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absolute action acts affirmation Anglo-Saxon become beliefs of crowds capable centuries changes characteristics of crowds civilisation classes consequence constitute contagion contrary crimes criminal despotism destroyed dogmas electors evoked example extreme fact factors Felix Pyat Ferdinand de Lesseps force France French French Revolution genius Ghengis Khan govern GUSTAVE LE BON Herbert Spencer hero heterogeneous crowds hypnotised ideal ideas illusions images imagination of crowds immense impression influence instincts institutions intelligence isolated individual Jacobins jury Latin laws leaders of crowds liberty magistrates massacre masses mental merely mind of crowds morality Napoleon nations necessary never observed opinions of crowds orator organised parliamentary assemblies Paul Bourget persons phenomena philosophers political popular possess power of crowds present prestige psychological crowd psychology of crowds race reason religious result Revolution Robespierre scarcely sentiments small number social strength striking success suggestion Taine tion to-day transformed truth unconscious universal suffrage vidual violent votes words
Page 26 - The sentiments and ideas of all the persons in the gathering take one and the same direction, and their conscious personality vanishes. A collective mind is formed, doubtless transitory, but presenting very clearly defined characteristics. The gathering has thus become what, in the absence of a better expression, I will call an organised crowd, or, if the term is considered preferable, a psychological crowd. It forms a single being, and is subjected to the law of the mental unity of crowds.
Page 36 - ... further tends to resemble by the facility with which he allows himself to be impressed by words and images — which would be entirely without action on each of the isolated individuals composing the crowd — and to be induced to commit acts contrary to his most obvious interests and his best-known habits. An individual in a crowd is a grain of sand amid other grains of sand, which the wind stirs up at will.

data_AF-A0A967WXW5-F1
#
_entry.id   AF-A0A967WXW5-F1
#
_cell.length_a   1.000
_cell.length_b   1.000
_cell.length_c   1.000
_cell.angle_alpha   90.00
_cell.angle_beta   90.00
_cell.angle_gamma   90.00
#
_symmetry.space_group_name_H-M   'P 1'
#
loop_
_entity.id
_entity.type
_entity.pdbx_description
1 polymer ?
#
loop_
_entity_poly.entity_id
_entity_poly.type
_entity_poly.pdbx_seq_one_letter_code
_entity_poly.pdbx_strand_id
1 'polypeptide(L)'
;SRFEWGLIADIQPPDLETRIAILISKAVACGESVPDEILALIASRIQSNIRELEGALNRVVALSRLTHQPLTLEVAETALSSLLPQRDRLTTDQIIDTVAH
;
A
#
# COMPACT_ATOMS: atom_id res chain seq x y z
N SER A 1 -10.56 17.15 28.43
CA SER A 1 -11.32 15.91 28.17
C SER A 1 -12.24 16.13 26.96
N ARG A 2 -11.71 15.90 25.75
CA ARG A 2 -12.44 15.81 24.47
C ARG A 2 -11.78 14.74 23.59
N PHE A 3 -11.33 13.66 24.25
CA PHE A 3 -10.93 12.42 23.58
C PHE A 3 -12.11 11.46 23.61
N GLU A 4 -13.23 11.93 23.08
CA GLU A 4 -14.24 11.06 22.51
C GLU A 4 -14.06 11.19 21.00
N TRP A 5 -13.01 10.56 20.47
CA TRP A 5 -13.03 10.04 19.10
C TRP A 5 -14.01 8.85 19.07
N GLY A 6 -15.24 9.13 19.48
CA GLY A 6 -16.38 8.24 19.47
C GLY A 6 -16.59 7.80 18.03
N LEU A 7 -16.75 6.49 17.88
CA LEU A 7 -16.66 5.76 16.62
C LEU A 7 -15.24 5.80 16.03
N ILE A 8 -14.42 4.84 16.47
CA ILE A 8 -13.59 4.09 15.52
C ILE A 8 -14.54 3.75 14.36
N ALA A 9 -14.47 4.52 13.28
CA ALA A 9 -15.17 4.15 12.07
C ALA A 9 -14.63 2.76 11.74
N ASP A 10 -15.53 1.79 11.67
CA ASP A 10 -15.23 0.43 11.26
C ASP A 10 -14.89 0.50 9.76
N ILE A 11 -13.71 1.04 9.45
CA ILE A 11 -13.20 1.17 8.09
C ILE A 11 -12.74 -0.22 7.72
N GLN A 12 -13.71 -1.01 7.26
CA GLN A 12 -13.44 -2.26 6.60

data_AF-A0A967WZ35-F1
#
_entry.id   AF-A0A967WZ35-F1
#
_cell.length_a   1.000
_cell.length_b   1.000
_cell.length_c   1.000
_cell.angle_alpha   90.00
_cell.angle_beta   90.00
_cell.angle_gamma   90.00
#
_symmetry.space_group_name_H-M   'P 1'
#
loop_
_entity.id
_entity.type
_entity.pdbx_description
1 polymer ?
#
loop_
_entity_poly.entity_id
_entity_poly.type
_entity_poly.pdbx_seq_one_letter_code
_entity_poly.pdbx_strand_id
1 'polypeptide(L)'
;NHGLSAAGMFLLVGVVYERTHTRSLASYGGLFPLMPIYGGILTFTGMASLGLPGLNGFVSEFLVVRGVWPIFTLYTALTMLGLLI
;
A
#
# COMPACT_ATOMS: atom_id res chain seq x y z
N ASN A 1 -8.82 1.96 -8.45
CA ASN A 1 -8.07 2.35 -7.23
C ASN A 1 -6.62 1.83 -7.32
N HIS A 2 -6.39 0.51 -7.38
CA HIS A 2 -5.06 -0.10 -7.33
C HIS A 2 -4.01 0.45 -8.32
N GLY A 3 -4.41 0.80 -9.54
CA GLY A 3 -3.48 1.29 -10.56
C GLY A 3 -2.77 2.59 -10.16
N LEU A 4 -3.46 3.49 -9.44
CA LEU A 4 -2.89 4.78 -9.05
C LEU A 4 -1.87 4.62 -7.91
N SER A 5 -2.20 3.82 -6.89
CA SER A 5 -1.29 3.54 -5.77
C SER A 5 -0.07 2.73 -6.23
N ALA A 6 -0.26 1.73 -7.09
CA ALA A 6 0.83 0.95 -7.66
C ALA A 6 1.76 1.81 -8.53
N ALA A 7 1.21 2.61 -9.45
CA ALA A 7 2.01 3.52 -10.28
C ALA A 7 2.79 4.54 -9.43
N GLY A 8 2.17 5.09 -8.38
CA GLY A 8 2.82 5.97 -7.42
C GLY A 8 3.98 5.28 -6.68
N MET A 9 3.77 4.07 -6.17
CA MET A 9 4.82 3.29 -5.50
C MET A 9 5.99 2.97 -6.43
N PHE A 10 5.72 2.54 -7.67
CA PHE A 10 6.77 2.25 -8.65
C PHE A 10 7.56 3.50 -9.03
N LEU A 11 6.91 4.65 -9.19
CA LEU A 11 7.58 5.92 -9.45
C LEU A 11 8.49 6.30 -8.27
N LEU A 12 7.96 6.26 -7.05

Page 36 - Isolated, he may be a cultivated individual; in a crowd, he is a barbarian - that is, a creature acting by instinct. He possesses the spontaneity, the violence, the ferocity and also the enthusiasm and heroism of primitive beings...
Page 17 - The divine right of the masses is about to replace the divine right of kings.
Page 32 - The decisionsJ^ ( affecting matters of general interest come to by an assembly of men of distinction, but specialists in different walks of life, are not sensibly superior to the decisions that would be adopted by a gathering of imbeciles. The truth is, they can only bring to bear in common on the work in hand those mediocre qualities which are the birthright of every average individual. In crowds it is stupidity and not mother-wit tKaFls accumulated.
Page 48 - As soon as a few individuals are gathered together they constitute a crowd, and, though they should be distinguished men of learning, they assume all the characteristics of crowds with regards to matters outside their specialty.
Page 29 - ... puts them in possession of a sort of collective mind which makes them feel, think, and act in a manner quite different from that in which each individual of them would feel, think, and act were he in a state of isolation.
Page 45 - A crowd, perpetually hovering on the borderland of unconsciousness, readily yielding to all suggestions, having all the violence of feeling peculiar to beings who cannot appeal to the influence of reason, deprived of all critical faculty, cannot be otherwise than excessively credulous. The improbable does not exist for a crowd, and it is necessary to bear this circumstance well in mind to understand the facility with which are created and propagated the most improbable legends and stories.